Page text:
We are happy to say that the piano returned safely from its movie adventure, and in December it was taken to Zabrze, where it is now in the Fortepianarium under the care of Professor Marek Toporowski.
It's an interesting little story, and Friends of Square Pianos is happy to have played some part in bringing all the pieces together.
There are more details and pictures of the piano still on the Sale Page, and you may also wish to Google the Fortepianarium.
Specialist Musical Instrument Auctions
The Christopher Hogwood Collection
We were all saddened to hear of the death on September 12th of the great musician Christopher Hogwood.
He had assembled a fine collection of twenty-six keyboard instruments, including what is probably the best collection of clavichords anywhere in the world. They will be sold in aid of charity by Gardiner Houlgate of Corsham, near Bath, on Thursday 12th March 2015. There is certain to be considerable interest. It is worth noting that the collection was intended to be played, and therefore without guarantee we can say that most of them should be in perfect order - in some cases follwing restoration by the leading experts. The only problem that I know about for sure is the recent sounboard failure of the Culliford harpsichord - the sort of thing that can happen to anyone at any time.
There is only one square piano in the collection, but a fine one at that, the 1773 Pohlman seen above. For further details of this, please go to the Auction Page or click on the image above. Details of other favourite instruments (starting with the Hancock spinet) will be added during the coming days.
The problems relating to the sale and import of ivory to the USA remain a problem for the time being, although some good news is theoretically possible before the auction. However, it is worth noting that of the twenty six instruments, only five are certain to have ivory keys. For many of the others, it depends whether the German makers used bone or not, as well as the modern makers (Dolmetsch, Adlam Burnett, etc.) who could have used bone or synthetic material for the sharps on 'black' keyboards. I will try to find out more.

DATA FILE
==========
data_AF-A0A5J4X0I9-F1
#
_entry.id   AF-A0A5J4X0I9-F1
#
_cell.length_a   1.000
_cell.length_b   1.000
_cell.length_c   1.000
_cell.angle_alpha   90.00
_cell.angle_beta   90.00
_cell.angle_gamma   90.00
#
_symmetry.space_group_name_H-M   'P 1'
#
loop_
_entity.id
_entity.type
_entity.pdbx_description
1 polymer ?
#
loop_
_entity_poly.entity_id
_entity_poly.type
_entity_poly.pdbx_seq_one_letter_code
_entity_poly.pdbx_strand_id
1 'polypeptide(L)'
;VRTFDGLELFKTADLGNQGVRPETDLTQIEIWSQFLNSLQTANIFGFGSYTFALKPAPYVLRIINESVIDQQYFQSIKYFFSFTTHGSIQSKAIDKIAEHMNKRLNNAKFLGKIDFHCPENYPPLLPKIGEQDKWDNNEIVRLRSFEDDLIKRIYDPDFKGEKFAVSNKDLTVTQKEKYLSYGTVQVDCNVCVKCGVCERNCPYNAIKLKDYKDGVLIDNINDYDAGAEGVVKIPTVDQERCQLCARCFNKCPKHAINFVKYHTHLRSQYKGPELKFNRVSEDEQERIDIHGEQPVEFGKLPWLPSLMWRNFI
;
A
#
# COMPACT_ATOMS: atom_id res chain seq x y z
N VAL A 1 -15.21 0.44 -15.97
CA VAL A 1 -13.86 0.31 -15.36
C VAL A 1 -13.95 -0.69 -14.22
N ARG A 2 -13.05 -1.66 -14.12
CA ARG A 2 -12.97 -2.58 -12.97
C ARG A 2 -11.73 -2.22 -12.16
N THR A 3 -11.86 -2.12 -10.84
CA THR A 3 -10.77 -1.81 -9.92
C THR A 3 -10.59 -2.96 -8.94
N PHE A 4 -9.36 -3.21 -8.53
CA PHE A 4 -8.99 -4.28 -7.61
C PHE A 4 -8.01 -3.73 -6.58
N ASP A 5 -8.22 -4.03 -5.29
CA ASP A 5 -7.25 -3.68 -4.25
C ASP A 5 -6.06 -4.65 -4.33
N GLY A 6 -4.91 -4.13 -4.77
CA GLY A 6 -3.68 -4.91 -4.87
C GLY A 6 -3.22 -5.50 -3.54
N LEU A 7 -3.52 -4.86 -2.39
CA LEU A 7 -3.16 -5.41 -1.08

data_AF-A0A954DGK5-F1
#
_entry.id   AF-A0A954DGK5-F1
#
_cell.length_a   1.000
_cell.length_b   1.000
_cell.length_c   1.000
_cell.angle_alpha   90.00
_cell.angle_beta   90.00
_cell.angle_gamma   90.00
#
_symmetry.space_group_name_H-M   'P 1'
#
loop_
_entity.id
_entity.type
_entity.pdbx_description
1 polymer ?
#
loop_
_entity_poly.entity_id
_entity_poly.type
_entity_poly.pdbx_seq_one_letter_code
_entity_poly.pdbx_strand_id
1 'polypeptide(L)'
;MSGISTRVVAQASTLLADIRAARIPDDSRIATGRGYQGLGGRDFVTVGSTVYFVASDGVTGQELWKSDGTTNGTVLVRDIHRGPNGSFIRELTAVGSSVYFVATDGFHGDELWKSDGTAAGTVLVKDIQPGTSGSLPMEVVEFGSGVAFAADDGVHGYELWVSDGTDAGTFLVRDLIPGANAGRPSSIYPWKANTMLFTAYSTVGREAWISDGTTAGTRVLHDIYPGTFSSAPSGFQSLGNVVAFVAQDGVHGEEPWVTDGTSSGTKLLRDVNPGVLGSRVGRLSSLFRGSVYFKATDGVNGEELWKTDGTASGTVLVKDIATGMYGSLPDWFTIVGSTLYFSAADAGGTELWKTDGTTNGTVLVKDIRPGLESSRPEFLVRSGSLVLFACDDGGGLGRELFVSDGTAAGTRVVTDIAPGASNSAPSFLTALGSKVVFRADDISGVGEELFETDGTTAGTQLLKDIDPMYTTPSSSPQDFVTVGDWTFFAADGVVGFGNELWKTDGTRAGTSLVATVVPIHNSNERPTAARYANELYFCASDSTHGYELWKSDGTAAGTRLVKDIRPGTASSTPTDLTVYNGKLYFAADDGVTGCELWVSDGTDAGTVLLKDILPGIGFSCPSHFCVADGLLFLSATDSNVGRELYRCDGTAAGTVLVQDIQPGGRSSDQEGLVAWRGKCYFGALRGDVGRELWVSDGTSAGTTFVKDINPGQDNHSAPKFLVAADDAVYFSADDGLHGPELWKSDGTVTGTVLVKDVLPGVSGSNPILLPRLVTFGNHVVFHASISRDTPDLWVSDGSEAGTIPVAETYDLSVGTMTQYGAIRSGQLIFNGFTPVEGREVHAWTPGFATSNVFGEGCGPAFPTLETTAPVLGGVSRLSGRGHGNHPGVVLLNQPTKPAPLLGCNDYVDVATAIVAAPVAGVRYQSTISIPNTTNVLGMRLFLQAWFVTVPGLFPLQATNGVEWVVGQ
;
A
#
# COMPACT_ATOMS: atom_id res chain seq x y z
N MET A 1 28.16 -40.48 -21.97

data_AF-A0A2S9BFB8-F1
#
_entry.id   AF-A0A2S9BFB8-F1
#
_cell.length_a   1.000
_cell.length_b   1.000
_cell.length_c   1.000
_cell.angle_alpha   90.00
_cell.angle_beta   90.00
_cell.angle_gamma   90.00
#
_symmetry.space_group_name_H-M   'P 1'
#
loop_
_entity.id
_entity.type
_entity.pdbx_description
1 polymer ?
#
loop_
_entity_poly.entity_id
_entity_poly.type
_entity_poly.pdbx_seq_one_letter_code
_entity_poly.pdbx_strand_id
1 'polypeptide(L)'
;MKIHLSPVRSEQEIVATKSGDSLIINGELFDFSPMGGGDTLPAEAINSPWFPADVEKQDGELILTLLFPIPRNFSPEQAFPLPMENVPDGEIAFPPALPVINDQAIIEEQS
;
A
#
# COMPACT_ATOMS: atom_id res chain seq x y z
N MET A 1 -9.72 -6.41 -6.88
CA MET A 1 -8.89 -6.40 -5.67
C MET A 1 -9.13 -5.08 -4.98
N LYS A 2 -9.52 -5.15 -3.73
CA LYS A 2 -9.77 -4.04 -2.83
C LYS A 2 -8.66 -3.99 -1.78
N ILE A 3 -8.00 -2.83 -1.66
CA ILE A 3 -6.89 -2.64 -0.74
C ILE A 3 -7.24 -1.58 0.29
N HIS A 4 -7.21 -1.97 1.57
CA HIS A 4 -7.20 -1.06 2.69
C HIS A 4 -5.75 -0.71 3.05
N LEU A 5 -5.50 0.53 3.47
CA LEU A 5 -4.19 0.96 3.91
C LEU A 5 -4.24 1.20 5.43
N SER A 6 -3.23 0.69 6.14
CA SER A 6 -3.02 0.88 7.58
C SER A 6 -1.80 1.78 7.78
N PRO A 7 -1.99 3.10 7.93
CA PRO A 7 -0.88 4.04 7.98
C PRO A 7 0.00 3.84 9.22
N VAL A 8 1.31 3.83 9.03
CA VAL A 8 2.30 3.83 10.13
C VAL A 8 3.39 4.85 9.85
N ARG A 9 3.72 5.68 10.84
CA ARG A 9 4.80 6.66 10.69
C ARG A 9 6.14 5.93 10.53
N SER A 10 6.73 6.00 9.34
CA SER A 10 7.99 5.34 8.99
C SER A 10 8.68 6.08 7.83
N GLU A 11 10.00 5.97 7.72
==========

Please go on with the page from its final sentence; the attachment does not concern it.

A good turnout of Friends for the viewing day on December 10th - fun with the pianos, a good gossip, and lunch in the pub. What could be better?
Please see the Auction Page for the results of the sale.
Thanks again to Terry, Richard, and Sean, of Piano auctions for making us so welcome.
We all love those beautiful English Spinets, and now they have a Page of their own, where I hope to encourage interest, ownership, and amateur makers.
Please take time to visit our sister website www.squarepianotech.com This is run by our Friend Tom Strange in America, and is rapidly growing into a treasure-store of permanent wisdom.
About the 'Webmaster' (David Hackett)
My only claim to respectability is that Carl Dolmetsch once offered to take me on as an apprentice. This was in 1962, when I had just shown him my first clavichord, and been his guest at Haslemere. However, he also advised me that it would be better to go to University, and I accepted his advice. Early Keyboard Instruments have therefore remained a hobby, and now happily retired, I am able to spend a bit more time enjoying them - and encouraging others, I hope..
My real work is with homeless cats now, though - I have the privilege to be Co-ordinator of the local voluntary branch of Cats Protection.